Accelerating Change: Adapt or be eaten

I was fascinated with animals when I was a kid. Whenever there was an animal documentary on PBS, I was glued to it.

My favorites were the predator and prey hunts – big savannah cats sneaking up on gazelles, chameleons popping out of camouflage to grab insects with their tongues – that sort of thing.

Mimicking the animals, my friends and I would play hide and seek in the woods – hunting each other with pellet guns (I’m really not sure how none of us ended up blind.).

Between reading, watching those shows, and getting pelted with lead, one thing stuck with me:

When you get comfortable and stop paying attention to what’s going on around you, you get eaten.

Or at least hit in the back of the head with a pellet.

Unable to adapt

Humans are terrible at anticipating change. It’s hard for us to get out of our day-to-day and our local scene. We’re busy, we’re distracted, we’re worried about surviving office warfare for the next 8 hours.

But we live in an age of rapidly-accelerating, Kurzweilian change. To keep one’s head down and assume everything is going to be a.) OK and b.) the same, is a form of intellectual and career suicide.

You know those people. You see them in the hall at work. You pass them on the highway.

They say things like “We’ll never do that…” and “It’ll be at least ten years until…” and “I’ll worry about that later.”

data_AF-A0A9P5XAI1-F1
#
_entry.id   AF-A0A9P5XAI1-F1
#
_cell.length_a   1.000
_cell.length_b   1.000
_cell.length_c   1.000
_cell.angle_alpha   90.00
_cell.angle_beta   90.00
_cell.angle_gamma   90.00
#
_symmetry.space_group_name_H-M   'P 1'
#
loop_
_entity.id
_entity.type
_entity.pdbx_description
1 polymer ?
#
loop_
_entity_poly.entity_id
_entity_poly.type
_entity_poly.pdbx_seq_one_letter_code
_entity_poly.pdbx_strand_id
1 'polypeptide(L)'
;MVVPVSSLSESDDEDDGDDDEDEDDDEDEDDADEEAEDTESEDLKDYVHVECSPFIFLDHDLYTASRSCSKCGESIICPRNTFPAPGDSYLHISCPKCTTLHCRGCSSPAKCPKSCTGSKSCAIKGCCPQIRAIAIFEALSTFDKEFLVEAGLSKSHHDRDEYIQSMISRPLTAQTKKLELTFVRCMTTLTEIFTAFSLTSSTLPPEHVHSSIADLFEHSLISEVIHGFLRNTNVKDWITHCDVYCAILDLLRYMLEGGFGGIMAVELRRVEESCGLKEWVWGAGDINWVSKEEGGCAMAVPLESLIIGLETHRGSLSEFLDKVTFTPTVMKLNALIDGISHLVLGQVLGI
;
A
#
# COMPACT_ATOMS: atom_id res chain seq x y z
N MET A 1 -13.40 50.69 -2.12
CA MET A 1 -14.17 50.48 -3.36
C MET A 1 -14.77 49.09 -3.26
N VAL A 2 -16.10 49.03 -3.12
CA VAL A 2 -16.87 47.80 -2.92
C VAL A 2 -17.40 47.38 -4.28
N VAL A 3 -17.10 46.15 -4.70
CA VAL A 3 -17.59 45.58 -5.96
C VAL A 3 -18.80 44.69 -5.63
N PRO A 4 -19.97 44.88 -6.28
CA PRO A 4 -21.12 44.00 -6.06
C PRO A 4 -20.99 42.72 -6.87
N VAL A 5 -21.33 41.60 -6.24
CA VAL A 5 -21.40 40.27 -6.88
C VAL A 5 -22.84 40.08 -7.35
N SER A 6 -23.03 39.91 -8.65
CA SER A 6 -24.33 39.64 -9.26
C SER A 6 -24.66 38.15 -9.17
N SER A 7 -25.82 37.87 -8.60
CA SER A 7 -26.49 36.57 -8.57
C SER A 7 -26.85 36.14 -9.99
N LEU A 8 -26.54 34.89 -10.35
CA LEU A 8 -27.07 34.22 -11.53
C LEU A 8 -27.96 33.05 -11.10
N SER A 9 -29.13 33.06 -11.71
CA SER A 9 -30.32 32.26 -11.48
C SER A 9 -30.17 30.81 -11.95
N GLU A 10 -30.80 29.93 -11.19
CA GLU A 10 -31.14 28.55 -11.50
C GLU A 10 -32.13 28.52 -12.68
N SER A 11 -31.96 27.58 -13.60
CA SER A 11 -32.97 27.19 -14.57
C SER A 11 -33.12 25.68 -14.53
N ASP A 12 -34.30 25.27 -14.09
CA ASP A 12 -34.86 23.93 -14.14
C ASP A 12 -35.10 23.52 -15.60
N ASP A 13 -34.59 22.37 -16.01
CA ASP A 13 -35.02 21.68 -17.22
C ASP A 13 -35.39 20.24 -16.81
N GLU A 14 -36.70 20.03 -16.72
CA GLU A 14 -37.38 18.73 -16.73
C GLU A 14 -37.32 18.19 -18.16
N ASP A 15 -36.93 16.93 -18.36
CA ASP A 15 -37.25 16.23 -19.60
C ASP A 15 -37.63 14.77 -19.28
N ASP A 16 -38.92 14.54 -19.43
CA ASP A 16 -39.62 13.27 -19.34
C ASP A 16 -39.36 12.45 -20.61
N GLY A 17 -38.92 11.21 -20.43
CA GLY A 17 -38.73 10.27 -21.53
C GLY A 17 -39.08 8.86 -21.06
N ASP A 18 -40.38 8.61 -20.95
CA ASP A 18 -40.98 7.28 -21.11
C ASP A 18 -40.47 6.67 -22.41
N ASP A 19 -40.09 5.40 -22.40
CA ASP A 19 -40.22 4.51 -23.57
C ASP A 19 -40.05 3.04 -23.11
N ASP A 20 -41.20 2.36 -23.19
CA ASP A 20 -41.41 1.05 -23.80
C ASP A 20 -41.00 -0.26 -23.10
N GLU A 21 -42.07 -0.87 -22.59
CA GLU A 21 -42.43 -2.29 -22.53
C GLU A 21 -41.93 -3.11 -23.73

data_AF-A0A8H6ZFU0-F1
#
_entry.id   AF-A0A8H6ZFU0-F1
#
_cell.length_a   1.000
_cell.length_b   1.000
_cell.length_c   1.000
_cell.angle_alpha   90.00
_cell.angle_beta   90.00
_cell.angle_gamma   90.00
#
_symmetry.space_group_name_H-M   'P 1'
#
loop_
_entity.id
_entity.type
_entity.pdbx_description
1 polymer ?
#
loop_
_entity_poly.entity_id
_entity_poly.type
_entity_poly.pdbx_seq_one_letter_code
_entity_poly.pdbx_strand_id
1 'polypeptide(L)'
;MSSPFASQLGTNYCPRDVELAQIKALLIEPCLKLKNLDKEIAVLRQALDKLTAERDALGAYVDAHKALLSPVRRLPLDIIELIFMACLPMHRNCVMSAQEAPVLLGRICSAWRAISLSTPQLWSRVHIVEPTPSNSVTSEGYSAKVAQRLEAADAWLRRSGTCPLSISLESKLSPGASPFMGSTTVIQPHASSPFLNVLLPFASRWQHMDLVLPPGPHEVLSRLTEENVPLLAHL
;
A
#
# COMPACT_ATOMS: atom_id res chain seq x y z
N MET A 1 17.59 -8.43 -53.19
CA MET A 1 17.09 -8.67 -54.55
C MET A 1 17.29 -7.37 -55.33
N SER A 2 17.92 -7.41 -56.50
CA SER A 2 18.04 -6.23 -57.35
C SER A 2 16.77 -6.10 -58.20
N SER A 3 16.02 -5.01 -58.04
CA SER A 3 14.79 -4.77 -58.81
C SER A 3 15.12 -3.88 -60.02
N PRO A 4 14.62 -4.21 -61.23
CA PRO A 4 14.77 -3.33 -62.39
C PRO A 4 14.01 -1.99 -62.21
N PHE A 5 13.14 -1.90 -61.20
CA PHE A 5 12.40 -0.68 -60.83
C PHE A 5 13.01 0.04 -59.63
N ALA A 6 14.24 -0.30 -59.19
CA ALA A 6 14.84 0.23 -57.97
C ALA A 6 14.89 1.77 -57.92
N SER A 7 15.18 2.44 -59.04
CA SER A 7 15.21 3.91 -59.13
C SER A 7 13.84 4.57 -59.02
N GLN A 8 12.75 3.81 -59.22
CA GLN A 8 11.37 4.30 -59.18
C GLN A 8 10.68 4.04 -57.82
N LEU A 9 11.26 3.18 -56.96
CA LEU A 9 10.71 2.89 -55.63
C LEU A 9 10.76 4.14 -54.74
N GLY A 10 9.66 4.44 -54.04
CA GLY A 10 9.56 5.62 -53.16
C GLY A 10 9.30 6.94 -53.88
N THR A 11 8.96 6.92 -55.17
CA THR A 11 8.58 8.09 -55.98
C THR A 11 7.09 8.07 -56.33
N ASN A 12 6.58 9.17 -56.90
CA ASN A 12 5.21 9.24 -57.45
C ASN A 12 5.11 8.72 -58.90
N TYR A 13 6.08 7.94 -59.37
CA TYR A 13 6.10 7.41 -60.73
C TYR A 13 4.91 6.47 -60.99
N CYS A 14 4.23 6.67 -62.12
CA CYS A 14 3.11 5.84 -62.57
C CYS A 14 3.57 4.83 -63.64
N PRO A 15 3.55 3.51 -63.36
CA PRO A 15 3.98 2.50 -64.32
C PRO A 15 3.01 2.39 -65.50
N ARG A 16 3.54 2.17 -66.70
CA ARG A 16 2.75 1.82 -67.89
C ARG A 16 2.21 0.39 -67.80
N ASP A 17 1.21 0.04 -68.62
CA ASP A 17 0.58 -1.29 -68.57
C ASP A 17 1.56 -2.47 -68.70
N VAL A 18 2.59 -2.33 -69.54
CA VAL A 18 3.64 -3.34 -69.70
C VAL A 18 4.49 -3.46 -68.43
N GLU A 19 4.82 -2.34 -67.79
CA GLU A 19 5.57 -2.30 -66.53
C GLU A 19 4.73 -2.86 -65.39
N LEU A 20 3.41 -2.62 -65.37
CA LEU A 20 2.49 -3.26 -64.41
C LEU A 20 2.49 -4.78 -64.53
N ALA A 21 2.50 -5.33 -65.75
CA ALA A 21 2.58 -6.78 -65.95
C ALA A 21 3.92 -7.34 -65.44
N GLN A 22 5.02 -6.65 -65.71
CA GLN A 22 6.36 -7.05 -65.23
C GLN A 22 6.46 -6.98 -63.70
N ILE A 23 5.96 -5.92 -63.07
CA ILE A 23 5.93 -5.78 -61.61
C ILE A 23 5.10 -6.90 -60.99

When it comes to technology they make the mistake of thinking that the next five years will resemble the last five. They look at continuous delivery, or BYO, or containerization and think “That’s fancy, but I’ll never have to deal with it.”

It is one thing to disagree about the nature of a change – this is healthy and necessary, but another to claim that something will not change.

Keep moving

We’re living through a major technological transition driven by pervasive compute and connectivity. It’s a big enough step that not everyone is going to make it – especially those who can’t or choose not to re-tool. Many people are going to find themselves pushed into lesser-paying roles or different careers.

It’s heartbreaking talking to those folks, trying to convince them that what’s headed their way is real – that the future is coming and it will be radically different than the present, even though we might all be wrong about the details.

“If you would move literally two steps to the right I think you’ll be OK.”

“Nope, ain’t gonna do it. You’re wrong, dummy. YOU’LL NEVER TAKE ME TO THE CLOUD!”

But I’m going to keep trying because the world is in constant flux and the future is coming. In fact (in the words of William Gibson), it’s already here, it’s just not evenly distributed.

Image Credit: Shutter Fotos